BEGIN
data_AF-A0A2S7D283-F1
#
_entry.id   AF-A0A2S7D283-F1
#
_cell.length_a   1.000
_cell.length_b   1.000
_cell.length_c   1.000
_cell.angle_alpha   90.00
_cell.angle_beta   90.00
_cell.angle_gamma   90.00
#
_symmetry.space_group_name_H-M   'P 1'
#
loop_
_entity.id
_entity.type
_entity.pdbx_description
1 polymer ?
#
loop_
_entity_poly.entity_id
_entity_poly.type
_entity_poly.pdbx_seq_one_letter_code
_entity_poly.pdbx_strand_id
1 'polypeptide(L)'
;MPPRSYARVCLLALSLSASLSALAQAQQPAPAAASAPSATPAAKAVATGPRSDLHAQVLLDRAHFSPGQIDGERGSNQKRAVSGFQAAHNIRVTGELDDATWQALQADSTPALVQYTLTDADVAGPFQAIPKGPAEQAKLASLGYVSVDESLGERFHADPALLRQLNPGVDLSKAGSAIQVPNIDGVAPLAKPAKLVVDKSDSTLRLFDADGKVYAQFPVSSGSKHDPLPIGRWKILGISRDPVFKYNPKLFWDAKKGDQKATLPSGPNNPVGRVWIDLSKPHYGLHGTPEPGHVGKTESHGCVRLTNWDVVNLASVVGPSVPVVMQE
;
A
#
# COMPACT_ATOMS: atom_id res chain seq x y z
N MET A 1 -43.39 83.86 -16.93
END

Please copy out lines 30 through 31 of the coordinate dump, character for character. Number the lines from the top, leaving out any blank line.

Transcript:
# COMPACT_ATOMS: atom_id res chain seq x y z
N MET A 1 -43.39 83.86 -16.93